The fossils are fruits and woods are preserved in rocks formed from sediment deposited in a shallow marine setting roughly 50 million years ago. They are beautifully preserved. The cell walls of the plants were replaced by minerals, preserving exceptional detail that you just don’t get to see on a regular basis in vertebrate paleontology (because animals don’t have cell walls). To study the fossils, we use a saw to cut the rocks open, then we use a weak acid to dissolve the rock matrix away from the fossil, and finally we use an old technique to make a thin peel of the fossil that can be mounted on a slide and photographed!

fossil in the rocka peel

Research using these fossils is providing an emerging picture of how the rainforests of Central America have changed over millions of years, and we can use that information to help us understand how the forests will change in the future. One pattern that we have already noticed is that there are many species that occur as fossils in Panama, but the living relatives are only found in the old world tropics of Africa and Asia. Here is one example.


dracontomelon fruit

Dracontomelon macdonaldii (Berry 1918) Herrera et al. 2012

Vascular tissue

Cross section in the center of the fruit showing pith and radial files of secondary xylem (at arrows).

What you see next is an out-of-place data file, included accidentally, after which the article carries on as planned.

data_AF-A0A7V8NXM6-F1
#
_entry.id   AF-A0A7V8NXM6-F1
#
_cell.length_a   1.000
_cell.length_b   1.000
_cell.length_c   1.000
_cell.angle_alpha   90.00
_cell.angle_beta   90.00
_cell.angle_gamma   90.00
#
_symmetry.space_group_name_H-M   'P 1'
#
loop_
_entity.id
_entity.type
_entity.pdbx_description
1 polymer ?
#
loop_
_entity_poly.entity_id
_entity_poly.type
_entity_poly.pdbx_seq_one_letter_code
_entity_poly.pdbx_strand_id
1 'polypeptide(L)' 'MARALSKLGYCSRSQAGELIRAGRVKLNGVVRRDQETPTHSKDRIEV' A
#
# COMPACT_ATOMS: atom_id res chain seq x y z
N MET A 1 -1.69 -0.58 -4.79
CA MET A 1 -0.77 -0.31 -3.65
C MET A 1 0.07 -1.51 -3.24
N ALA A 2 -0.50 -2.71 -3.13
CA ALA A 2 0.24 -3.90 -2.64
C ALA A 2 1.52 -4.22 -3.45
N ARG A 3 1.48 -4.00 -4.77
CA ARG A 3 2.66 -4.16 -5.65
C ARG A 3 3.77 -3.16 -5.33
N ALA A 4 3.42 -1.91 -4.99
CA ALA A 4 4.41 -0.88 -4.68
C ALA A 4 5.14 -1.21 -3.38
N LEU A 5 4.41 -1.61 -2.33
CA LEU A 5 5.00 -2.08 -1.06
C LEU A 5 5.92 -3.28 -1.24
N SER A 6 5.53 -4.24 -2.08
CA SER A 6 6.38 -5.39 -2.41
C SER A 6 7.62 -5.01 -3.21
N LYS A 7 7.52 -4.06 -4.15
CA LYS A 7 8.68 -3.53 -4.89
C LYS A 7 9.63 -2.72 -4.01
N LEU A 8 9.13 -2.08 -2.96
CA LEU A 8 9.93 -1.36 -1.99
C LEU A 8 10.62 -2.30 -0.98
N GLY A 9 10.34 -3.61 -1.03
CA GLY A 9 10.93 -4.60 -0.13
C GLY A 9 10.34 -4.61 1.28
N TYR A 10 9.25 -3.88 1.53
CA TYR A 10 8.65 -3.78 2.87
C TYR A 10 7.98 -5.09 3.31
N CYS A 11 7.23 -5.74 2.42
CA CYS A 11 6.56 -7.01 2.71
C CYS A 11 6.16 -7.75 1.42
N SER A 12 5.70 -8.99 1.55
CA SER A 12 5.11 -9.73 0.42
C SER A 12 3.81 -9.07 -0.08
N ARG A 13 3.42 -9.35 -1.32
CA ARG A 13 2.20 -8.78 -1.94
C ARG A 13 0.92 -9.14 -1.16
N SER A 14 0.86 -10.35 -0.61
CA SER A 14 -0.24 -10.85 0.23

This fossil species is closely related to modern Dracontomelon species, which are found in southern China and Southeast Asia. Dracontomelon is in the family Anacardiaceae, along with Cashews, Mangos, Poison Ivy, and the popular ornamental “Smoke tree”.

Mangifera, Anacardium, Toxicodendron, and Cotinus

Dracontomelon trees are large rainforest trees, and according to the Plant List there are 9 species. The fruits are greenish and are used to make candy and in Asia, the brownish colored pit of the fruit is sometimes called “human-face” because of the shape of the valves where the germinating seeds burst through the pit. The pit is what is preserved here as a fossil. It is thick-walled and contains five seeds and five air-spaces, seen in cross section above. Below is a photo from Flickr of the pits of a modern species.